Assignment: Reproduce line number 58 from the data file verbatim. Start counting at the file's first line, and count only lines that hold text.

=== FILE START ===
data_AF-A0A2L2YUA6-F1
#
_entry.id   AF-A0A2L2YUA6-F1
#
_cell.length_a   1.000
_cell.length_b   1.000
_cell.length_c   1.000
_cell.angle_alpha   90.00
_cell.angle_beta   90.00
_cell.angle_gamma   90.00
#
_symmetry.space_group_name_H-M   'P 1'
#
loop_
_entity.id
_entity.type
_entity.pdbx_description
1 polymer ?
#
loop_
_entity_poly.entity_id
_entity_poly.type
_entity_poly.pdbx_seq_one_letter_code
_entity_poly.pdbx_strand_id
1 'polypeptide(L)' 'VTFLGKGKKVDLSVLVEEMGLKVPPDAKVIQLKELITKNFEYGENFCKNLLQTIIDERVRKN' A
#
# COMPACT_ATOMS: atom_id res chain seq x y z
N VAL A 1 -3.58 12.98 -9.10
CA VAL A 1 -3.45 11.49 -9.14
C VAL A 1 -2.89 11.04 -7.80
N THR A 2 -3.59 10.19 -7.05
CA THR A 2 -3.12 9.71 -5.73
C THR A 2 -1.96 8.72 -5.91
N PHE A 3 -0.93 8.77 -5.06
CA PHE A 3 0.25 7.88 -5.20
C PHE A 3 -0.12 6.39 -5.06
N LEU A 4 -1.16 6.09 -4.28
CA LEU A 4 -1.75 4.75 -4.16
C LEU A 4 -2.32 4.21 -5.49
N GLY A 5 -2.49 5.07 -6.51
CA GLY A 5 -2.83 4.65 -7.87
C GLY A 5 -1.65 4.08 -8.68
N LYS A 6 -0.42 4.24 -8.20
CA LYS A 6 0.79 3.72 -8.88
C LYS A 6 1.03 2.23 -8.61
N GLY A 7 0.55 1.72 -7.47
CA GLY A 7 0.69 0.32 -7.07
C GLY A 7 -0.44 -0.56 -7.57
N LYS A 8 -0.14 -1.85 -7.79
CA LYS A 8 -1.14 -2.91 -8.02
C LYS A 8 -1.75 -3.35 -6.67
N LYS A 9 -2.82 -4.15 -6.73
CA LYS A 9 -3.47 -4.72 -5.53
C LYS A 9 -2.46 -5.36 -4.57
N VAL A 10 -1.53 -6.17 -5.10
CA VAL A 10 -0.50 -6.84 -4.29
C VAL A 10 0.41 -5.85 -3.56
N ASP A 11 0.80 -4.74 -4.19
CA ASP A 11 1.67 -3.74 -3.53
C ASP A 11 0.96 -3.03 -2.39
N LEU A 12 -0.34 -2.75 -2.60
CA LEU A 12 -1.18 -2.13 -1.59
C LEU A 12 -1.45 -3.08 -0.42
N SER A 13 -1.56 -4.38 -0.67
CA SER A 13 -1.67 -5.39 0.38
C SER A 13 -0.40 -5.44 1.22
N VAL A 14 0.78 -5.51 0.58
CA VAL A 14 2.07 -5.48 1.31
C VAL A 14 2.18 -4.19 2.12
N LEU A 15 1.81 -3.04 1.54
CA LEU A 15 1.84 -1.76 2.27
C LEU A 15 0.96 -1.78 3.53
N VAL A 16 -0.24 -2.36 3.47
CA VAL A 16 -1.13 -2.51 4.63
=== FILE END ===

N ASP A 11 0.80 -4.74 -4.19